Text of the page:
In astrophysics, the Phillips relationship is the relationship between the peak luminosity of a Type Ia supernova and the speed of luminosity evolution after maximum light. It was originally discovered by American astronomer Bert W. Rust in 1974 and Soviet astronomer Yury P. Pskovskii in 1977. They found that the faster the supernova faded from maximum light, the fainter its peak magnitude was.
This correlation was rediscovered in 1993 by M. Phillips during the course of the Calán/Tololo Supernova Survey. It has been recast to include the evolution in multiple photometric bandpasses and as a stretch in the time axis relative to a standard template. The relation is typically used to bring any Type Ia supernova peak magnitude to a standard candle value.
It was defined as the decline in the B-magnitude light curve from maximum light to the magnitude 15 days after B-maximum, a parameter he called . The relation states that the maximum intrinsic B-band magnitude is given by 
- Rust, B. W. "The Use of Supernovae Light Curves for Testing the Expansion Hypothesis and Other Cosmological Relations" (PDF). [PhD thesis, University of Illinois].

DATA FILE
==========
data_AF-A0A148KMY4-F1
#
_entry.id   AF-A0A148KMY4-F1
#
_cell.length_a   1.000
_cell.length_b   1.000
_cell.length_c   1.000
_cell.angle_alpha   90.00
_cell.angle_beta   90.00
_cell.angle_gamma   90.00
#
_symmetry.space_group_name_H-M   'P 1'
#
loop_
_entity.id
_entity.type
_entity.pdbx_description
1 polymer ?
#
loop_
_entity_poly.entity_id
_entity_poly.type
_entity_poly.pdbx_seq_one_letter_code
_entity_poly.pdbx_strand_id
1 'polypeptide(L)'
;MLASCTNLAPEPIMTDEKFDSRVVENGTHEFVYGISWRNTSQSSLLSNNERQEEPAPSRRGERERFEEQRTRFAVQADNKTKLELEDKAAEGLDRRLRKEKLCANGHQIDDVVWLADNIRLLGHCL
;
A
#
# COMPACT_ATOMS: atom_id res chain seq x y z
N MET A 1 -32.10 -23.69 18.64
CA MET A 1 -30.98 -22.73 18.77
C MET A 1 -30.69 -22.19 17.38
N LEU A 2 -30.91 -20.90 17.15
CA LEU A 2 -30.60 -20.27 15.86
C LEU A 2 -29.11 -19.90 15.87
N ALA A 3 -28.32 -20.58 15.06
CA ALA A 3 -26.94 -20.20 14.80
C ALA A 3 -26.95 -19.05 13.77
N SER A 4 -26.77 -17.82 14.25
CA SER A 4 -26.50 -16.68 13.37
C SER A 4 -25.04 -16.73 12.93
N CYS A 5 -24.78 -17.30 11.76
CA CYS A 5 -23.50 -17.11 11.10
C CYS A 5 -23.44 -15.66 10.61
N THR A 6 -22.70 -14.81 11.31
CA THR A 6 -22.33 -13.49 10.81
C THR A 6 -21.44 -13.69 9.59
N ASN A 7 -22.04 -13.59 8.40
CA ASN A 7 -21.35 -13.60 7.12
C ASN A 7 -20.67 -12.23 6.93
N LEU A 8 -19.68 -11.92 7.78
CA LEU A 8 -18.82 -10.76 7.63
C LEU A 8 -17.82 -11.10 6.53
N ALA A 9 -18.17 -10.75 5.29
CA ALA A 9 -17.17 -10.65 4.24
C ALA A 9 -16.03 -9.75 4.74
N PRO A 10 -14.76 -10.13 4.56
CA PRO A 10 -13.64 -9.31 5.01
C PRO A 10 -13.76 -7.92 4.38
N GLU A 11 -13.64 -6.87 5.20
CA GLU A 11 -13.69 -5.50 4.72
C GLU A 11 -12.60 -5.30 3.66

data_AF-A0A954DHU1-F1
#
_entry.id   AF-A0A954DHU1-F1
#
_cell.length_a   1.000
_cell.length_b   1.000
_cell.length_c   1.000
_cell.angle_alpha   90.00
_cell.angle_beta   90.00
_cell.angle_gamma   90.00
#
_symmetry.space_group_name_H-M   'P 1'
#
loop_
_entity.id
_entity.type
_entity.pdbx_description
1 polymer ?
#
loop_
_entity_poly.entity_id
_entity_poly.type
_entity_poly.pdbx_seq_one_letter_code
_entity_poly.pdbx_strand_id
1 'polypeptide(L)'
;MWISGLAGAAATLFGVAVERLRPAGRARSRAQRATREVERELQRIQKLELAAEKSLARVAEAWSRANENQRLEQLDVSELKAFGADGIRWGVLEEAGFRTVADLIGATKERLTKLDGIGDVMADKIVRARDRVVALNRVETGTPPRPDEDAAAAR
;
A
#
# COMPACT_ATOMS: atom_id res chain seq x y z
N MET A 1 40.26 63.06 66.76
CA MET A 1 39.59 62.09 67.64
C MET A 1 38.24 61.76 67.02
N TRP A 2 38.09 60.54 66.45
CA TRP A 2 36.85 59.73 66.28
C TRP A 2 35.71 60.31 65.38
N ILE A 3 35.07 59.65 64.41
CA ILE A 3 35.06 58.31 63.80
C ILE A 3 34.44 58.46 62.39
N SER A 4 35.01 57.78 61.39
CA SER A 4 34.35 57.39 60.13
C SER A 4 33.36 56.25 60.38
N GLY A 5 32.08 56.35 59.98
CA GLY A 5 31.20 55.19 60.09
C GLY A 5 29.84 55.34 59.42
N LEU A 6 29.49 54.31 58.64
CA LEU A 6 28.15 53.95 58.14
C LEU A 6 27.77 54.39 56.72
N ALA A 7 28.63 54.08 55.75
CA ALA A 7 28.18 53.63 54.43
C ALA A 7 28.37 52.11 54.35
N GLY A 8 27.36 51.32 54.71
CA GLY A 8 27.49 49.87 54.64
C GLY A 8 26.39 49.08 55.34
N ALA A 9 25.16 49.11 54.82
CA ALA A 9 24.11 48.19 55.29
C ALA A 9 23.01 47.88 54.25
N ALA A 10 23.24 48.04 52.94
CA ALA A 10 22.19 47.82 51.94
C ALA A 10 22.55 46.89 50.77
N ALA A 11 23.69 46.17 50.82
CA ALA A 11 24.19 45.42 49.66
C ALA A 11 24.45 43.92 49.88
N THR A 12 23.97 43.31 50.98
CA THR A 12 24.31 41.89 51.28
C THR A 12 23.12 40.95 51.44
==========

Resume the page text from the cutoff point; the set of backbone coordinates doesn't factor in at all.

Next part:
- Pskovskii, Yu. P. (1977). "Light curves, color curves, and expansion velocity of type I supernovae as functions of the rate of brightness decline". Soviet Astronomy 21: 675. Bibcode:1977SvA....21..675P.
- Pskovskii, Yu. P. (1984). "Photometric classification and basic parameters of type I supernovae". Soviet Astronomy 28: 658–664. Bibcode:1984SvA....28..658P.
- Phillips, M. M. (1993). "The absolute magnitudes of Type IA supernovae". Astrophysical Journal Letters 413 (2): L105–L108. Bibcode:1993ApJ...413L.105P. doi:10.1086/186970.
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